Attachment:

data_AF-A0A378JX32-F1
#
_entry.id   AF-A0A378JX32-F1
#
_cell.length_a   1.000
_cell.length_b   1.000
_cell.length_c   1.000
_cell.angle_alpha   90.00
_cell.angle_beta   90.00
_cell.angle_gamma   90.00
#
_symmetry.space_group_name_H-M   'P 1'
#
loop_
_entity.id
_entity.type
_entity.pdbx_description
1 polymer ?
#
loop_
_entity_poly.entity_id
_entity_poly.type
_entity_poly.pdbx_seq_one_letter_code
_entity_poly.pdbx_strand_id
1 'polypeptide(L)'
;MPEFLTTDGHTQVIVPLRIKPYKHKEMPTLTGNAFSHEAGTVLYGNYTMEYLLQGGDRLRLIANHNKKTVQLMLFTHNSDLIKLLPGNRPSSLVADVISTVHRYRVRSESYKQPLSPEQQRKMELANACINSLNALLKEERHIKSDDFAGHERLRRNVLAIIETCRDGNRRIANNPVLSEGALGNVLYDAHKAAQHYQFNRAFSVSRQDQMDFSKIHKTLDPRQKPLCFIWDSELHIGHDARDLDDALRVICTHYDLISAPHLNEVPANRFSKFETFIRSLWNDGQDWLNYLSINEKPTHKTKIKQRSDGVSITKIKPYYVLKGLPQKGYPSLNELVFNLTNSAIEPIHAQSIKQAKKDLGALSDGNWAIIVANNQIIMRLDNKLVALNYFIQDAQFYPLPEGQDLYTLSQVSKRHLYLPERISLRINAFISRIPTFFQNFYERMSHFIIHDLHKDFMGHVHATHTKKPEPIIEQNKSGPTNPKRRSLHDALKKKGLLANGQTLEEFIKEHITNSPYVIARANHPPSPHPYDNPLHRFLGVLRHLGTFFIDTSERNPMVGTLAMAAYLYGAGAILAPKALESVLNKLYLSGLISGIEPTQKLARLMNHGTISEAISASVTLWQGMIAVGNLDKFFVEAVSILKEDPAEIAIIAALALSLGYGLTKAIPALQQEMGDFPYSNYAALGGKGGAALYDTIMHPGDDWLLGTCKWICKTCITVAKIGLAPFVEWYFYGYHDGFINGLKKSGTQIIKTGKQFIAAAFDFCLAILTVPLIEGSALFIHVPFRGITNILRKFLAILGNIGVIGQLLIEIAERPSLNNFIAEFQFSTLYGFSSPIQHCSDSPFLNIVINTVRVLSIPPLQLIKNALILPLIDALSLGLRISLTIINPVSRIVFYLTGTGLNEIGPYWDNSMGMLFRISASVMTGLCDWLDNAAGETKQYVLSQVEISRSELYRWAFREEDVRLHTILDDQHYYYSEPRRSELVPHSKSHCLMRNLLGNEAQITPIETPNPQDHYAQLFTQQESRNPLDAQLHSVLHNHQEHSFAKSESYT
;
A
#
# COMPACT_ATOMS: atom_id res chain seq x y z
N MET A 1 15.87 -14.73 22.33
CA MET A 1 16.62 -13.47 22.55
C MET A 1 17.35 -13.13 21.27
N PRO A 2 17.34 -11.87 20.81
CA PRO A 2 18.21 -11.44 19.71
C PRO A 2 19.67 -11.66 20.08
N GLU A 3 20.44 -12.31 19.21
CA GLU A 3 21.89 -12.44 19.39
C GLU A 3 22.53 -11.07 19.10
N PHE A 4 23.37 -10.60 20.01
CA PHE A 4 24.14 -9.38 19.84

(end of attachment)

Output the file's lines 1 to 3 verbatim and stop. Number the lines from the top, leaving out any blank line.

data_AF-A0A378JX32-F1
#
_entry.id   AF-A0A378JX32-F1